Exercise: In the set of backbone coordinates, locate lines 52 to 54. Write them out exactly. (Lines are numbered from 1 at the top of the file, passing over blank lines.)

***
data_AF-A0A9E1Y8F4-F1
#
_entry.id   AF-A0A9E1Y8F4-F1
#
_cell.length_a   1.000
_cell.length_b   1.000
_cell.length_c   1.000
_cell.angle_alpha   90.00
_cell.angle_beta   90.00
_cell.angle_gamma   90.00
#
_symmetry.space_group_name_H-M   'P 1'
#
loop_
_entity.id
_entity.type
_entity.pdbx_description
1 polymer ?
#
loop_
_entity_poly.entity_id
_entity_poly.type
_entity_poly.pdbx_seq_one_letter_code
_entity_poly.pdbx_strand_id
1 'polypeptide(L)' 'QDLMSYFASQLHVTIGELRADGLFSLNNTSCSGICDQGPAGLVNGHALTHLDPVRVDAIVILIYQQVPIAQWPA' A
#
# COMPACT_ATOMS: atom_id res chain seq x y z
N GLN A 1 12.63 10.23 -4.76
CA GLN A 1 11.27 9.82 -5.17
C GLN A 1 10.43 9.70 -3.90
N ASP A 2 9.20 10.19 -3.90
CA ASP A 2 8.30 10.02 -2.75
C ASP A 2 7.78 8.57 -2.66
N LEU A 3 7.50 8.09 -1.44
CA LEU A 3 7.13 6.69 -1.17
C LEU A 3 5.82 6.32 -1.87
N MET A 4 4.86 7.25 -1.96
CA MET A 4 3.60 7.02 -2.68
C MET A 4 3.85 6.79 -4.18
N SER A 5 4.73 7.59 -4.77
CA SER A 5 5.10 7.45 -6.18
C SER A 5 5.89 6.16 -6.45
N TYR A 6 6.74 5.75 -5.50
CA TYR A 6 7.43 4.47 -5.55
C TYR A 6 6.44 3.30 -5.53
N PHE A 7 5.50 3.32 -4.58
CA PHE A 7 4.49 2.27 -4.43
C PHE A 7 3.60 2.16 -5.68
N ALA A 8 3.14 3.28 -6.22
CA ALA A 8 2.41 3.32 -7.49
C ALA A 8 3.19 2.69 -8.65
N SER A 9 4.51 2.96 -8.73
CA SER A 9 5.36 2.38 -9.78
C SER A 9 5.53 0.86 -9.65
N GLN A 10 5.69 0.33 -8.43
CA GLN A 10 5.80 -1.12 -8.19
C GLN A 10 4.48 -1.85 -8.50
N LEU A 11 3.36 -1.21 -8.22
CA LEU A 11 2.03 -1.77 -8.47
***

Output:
N SER A 9 4.51 2.96 -8.73
CA SER A 9 5.36 2.38 -9.78
C SER A 9 5.53 0.86 -9.65